I have never loved running. Plenty of people I know have asked me “isn’t it on your bucket list to run a marathon?” Nope, not even a little bit. Don’t get me wrong; I am a pretty competitive person. I’ll bust out the occasional 2-5 mile run just to see what I can do, but 26.2 miles? Yeah, I’ll pass on that.
Even though I would not consider myself an avid runner, I think we can all understand the point Paul makes in 1 Corinthians 9:24: Do you not know that in a race all the runners run, but only one receives the prize? So run that you may obtain it. There are so many things grasping for our attention on a daily basis with many of them being very worthwhile, valuable pursuits. A successful career, physical fitness, financial security, a happy marriage, who would criticize such pursuits? In and of themselves these goals are benign, but when we allow them to control our every decision, we have left the course of the most important race we must run.
Let’s just take a moment and focus on one area that almost everyone desires, a happy marriage. We can all agree that a happy marriage is a good thing and that God has the power to give us just that. The problem arises when we make a good marriage our goal. We believe that a happy marriage will help everything else fall into place. When that happens, we are no longer running in the right race. Our life’s goal should be to follow Jesus with everything we have and to share the message of His forgiveness and freedom.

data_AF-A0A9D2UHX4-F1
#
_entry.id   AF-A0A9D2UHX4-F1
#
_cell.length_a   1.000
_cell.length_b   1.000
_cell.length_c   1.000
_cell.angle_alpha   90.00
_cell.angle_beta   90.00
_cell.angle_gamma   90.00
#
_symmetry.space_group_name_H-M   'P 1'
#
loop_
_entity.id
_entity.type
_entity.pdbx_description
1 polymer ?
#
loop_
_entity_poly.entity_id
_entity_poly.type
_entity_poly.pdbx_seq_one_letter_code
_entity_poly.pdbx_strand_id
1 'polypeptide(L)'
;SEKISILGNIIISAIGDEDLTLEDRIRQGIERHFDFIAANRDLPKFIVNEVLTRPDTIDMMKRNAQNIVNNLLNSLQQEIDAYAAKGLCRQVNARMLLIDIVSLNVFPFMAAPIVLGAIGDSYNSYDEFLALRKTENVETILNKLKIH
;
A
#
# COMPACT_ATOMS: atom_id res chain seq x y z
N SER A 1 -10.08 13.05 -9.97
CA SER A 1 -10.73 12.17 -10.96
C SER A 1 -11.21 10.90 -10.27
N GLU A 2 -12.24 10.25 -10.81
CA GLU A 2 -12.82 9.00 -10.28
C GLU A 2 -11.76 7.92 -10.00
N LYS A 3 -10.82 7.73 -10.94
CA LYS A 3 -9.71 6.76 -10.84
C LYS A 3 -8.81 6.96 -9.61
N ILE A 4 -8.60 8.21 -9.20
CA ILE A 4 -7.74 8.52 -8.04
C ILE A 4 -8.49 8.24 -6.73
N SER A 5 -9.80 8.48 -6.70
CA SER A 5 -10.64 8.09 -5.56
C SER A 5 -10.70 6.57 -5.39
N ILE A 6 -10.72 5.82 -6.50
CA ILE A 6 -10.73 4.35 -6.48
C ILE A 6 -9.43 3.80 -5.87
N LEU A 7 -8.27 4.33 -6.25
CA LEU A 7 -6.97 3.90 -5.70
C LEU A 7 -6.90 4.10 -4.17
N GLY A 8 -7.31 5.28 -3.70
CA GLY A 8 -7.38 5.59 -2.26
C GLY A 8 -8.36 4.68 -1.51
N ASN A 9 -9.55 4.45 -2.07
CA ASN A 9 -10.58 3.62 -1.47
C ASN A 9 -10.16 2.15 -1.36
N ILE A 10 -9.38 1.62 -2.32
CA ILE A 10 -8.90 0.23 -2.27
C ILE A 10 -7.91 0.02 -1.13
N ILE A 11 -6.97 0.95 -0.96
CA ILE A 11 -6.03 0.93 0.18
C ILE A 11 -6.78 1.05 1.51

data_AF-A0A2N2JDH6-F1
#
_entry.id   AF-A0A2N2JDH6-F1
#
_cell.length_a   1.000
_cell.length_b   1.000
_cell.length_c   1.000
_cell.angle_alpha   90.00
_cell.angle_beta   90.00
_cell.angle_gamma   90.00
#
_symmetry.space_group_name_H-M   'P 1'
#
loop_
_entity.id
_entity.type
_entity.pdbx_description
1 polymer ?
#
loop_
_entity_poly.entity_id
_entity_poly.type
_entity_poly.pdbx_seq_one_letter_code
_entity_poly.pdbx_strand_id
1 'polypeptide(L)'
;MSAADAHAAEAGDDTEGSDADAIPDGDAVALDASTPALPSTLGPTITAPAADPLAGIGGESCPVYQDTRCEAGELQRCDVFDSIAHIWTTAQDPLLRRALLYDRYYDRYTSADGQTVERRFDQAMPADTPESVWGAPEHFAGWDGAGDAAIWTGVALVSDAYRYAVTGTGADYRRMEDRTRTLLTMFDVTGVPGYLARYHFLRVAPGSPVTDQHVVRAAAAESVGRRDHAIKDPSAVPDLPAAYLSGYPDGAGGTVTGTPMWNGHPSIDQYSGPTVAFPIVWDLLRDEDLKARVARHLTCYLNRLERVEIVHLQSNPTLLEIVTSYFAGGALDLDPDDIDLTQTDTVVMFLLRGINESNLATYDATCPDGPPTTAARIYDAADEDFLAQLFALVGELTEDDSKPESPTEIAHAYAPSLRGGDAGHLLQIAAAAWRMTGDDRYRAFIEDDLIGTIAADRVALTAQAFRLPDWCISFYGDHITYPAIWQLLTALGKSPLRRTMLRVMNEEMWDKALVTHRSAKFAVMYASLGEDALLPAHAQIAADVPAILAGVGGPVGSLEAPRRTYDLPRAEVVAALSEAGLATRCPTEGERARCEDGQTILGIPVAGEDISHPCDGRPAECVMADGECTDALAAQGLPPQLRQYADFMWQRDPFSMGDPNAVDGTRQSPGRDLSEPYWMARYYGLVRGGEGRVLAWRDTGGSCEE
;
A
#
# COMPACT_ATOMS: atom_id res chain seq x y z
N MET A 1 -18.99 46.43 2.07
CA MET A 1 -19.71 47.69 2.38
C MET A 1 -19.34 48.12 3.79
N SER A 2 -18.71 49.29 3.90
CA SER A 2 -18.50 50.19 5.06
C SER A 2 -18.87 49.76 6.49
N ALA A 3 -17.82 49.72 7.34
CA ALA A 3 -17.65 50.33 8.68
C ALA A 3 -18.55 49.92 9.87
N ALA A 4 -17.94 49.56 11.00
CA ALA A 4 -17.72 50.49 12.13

If in my marriage all I am trying to do is make my partner happy and vice versa, we may end up with a “good” marriage by most standards. We stay faithful to one another, enjoy going to dinner and on vacations with one another, and everyone around us thinks “they’ve got it pretty good.” A happy marriage may be a wonderful thing, but it should never be our ultimate goal. Our marriages would be much better off if husband and wife kept eternity in mind. We must remember that God did not bring us together simply for our enjoyment and happiness but so that we could serve Him better. A couple dedicated to giving their all to God instead of just to each other has enormous power.
This idea of keeping eternity in mind applies to any other pursuit in this world as well. Career, fitness, and finances can all be good things if we remember why God has given us those opportunities and abilities: for His glory and to reach others with His good news. A great runner of any kind keeps the end in mind. That is what we must do; focus on what is ahead. It is not easy to live with eternity in mind every day of our lives, but we must give everything we have to focus on the end of our race.